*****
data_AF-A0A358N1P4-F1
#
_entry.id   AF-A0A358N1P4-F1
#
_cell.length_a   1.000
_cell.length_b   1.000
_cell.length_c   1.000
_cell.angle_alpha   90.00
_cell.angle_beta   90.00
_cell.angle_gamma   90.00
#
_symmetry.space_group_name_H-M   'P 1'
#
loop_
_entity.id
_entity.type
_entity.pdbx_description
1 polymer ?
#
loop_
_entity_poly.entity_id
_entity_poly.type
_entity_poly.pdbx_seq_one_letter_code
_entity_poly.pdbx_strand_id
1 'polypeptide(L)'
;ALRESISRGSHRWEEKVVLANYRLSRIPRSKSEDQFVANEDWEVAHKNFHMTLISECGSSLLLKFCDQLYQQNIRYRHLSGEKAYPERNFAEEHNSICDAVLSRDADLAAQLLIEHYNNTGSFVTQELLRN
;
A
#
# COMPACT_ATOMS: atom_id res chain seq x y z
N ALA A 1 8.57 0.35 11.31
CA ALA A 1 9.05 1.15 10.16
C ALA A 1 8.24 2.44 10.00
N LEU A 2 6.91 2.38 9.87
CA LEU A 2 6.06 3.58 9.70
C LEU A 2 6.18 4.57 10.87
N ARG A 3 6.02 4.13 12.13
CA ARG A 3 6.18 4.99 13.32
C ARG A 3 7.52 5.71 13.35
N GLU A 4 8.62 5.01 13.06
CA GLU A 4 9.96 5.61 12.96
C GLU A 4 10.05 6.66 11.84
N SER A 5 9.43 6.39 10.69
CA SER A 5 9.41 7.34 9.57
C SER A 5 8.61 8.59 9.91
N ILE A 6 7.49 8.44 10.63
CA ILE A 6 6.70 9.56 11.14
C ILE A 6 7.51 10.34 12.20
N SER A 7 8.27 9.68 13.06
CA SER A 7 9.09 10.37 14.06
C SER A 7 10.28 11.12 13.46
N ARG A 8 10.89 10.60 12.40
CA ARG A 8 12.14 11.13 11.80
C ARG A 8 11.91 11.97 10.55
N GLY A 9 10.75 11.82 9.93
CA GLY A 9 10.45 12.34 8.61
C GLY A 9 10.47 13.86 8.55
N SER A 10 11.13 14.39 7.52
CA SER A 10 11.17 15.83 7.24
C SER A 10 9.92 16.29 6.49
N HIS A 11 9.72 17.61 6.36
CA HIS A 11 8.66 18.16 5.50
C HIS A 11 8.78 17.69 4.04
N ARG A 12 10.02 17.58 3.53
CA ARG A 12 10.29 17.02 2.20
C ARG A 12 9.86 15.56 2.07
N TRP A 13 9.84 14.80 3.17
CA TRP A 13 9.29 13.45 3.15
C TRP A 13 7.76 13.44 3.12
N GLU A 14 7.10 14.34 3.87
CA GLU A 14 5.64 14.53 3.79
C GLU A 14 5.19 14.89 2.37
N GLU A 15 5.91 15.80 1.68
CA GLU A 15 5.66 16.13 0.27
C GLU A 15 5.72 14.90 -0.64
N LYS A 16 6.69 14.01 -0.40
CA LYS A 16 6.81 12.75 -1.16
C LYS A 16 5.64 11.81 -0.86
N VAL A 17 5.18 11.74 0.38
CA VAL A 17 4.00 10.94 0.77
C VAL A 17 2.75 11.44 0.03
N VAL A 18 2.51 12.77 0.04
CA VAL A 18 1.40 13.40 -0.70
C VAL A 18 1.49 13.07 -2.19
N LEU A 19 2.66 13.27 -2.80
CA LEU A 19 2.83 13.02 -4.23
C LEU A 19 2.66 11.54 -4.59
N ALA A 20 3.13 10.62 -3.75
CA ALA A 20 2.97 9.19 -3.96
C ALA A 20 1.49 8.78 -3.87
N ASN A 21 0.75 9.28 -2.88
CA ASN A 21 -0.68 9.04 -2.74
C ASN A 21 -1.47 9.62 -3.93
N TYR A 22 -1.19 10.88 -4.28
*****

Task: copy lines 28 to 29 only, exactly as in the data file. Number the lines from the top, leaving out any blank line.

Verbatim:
A
#